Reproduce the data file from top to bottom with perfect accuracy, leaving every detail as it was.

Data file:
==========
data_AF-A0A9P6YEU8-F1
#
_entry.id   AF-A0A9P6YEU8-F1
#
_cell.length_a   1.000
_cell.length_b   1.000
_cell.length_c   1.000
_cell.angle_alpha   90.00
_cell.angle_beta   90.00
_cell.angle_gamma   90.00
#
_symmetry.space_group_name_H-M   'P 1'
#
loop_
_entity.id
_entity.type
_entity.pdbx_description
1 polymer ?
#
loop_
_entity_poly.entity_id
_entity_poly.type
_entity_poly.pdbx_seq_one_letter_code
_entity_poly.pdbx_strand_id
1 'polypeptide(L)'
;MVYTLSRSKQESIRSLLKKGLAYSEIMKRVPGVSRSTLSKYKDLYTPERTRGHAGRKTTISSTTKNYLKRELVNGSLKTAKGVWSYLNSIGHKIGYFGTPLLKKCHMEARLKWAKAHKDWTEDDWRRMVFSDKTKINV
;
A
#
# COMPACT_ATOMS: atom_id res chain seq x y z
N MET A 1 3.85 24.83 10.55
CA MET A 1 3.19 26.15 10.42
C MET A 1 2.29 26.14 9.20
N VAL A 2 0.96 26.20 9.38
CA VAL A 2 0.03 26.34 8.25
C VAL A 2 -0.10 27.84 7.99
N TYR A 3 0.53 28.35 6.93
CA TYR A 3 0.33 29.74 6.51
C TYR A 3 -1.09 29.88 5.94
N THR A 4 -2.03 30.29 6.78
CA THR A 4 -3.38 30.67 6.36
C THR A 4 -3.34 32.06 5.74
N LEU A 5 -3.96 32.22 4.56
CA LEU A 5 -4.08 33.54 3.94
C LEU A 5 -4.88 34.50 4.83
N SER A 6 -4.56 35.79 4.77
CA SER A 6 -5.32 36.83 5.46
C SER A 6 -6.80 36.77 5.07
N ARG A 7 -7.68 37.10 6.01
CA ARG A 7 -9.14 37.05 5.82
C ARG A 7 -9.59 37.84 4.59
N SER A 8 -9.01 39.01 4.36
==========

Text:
data_AF-A0A9P6YEU8-F1
#
_entry.id   AF-A0A9P6YEU8-F1
#
_cell.length_a   1.000
_cell.length_b   1.000
_cell.length_c   1.000
_cell.angle_alpha   90.00
_cell.angle_beta   90.00
_cell.angle_gamma   90.00
#
_symmetry.space_group_name_H-M   'P 1'
#
loop_
_entity.id
_entity.type
_entity.pdbx_description
1 polymer ?
#
loop_
_entity_poly.entity_id
_entity_poly.type
_entity_poly.pdbx_seq_one_letter_code
_entity_poly.pdbx_strand_id
1 'polypeptide(L)'
;MVYTLSRSKQESIRSLLKKGLAYSEIMKRVPGVSRSTLSKYKDLYTPERTRGHAGRKTTISSTTKNYLKRELVNGSLKTAKGVWSYLNSIGHKIGYFGTPLLKKCHMEARLKWAKAHKDWTEDDWRRMVFSDKTKINV
;
A
#
# COMPACT_ATOMS: atom_id res chain seq x y z
N MET A 1 3.85 24.83 10.55
CA MET A 1 3.19 26.15 10.42
C MET A 1 2.29 26.14 9.20
N VAL A 2 0.96 26.20 9.38
CA VAL A 2 0.03 26.34 8.25
C VAL A 2 -0.10 27.84 7.99
N TYR A 3 0.53 28.35 6.93
CA TYR A 3 0.33 29.74 6.51
C TYR A 3 -1.09 29.88 5.94
N THR A 4 -2.03 30.29 6.78
CA THR A 4 -3.38 30.67 6.36
C THR A 4 -3.34 32.06 5.74
N LEU A 5 -3.96 32.22 4.56
CA LEU A 5 -4.08 33.54 3.94
C LEU A 5 -4.88 34.50 4.83
N SER A 6 -4.56 35.79 4.77
CA SER A 6 -5.32 36.83 5.46
C SER A 6 -6.80 36.77 5.07
N ARG A 7 -7.68 37.10 6.01
CA ARG A 7 -9.14 37.05 5.82
C ARG A 7 -9.59 37.84 4.59
N SER A 8 -9.01 39.01 4.36